Councillor Mary Lalios, from the Whittlesea City Council, has been elected to the Board of the Municipal Association of Victoria (MAV) for the next two years. “I am very excited and honoured to be elected,” said Cr Lalios to Neos Kosmos.

The MAV is a driving and influential force behind a strong and strategically positioned local government sector. It represents and advocates the interests of local government, lobbies for a fairer deal for councils, raises the sector’s profile, ensures its long-term security and provides policy advice, strategic advice, capacity building programs and insurance services to local government.

Cr Lalios is going to use her position to advocate for things that concern not only her electorate but are of importance to the community. This role will allow Cr Lalios to speak up for older Australians, and through the MAV argue for a continuing role for the State Government in managing aged care in Victoria, in response to the Productivity Commission’s Draft Report Caring for Older Australians.

“One of the things I get a lot – not only from the Greek community, but from a lot of older residents within our older community in Whittlesea and other councils as well – is that aged care is a really big thing for them,” Cr Lalios told Neos Kosmos. “A lot of our parents’ generation and our grandparents’ generation migrated years ago and now they are all getting older together and are thinking of the next stage of their lives where they can’t live independently. A lot of them will have to go into nursing homes, retirement villages and we have to make sure the model reflects not only cultural sensitivities but also good health outcomes, and making sure the people who can’t afford it have the same access as those that can.”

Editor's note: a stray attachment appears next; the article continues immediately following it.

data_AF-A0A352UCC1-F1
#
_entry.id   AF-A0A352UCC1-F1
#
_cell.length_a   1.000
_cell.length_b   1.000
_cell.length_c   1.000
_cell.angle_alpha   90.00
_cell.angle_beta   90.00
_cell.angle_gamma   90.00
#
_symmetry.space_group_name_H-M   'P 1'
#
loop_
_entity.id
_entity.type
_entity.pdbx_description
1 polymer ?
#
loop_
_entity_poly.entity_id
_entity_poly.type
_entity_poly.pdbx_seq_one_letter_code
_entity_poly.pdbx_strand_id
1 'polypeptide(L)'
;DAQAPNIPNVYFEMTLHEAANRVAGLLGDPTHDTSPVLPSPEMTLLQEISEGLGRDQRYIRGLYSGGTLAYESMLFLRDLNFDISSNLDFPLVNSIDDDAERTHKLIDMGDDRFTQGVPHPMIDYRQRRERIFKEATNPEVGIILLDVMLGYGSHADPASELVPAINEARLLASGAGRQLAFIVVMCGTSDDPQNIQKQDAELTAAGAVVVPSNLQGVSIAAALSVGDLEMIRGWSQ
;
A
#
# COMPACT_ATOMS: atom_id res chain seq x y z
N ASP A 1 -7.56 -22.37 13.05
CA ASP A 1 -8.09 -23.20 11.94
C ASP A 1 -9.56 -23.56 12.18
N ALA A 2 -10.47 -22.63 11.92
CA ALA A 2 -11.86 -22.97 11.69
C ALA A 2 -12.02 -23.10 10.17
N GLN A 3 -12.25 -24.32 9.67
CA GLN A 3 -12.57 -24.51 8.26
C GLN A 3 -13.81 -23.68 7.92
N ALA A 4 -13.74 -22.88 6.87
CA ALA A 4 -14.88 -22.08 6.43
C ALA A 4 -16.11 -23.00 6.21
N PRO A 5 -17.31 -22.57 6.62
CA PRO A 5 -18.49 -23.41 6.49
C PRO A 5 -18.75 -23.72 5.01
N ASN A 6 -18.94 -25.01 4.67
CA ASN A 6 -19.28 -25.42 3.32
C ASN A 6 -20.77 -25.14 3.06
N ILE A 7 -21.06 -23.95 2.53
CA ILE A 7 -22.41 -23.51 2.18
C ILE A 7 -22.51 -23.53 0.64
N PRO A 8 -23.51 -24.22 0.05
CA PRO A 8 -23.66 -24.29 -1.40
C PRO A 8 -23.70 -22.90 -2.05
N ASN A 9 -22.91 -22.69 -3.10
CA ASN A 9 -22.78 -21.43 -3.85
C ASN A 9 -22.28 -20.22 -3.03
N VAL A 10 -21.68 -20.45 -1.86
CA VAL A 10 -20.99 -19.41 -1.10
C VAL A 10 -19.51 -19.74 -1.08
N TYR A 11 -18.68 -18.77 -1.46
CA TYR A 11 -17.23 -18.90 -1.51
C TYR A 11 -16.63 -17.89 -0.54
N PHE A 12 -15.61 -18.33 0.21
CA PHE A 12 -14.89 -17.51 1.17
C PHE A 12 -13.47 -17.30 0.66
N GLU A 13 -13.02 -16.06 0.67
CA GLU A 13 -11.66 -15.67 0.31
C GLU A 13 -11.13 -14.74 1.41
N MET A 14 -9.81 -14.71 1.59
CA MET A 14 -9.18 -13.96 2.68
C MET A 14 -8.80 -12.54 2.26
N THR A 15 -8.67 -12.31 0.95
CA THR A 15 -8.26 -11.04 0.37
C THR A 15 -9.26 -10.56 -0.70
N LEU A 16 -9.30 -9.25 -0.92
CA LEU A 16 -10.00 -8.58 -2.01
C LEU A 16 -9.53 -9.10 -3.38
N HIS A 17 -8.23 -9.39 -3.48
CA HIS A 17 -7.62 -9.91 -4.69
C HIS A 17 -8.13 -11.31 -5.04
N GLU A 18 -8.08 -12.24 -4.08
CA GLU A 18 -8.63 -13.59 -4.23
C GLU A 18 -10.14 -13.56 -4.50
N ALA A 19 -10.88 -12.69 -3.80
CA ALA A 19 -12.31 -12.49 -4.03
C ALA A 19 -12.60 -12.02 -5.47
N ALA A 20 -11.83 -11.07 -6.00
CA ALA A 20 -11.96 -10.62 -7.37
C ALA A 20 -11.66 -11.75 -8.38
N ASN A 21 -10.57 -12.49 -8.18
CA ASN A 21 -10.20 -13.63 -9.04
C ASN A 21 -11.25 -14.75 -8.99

There is also the opportunity to advocate for rates relief for rural property owners. “A lot of farmers who bought their land yeas ago may be asset rich but income poor and because of the growth and development happening in the council area, a lot of them are slugged with huge council rates because the value of their property has increased dramatically and I want to advocate to get some rate relief for their rural / agricultural property owners.”

The MAV represents Victoria’s 79 councils which are governed by 635 democratically elected councillors. All together, Victorian municipalities voted to elect 12 regional MAV Board representatives.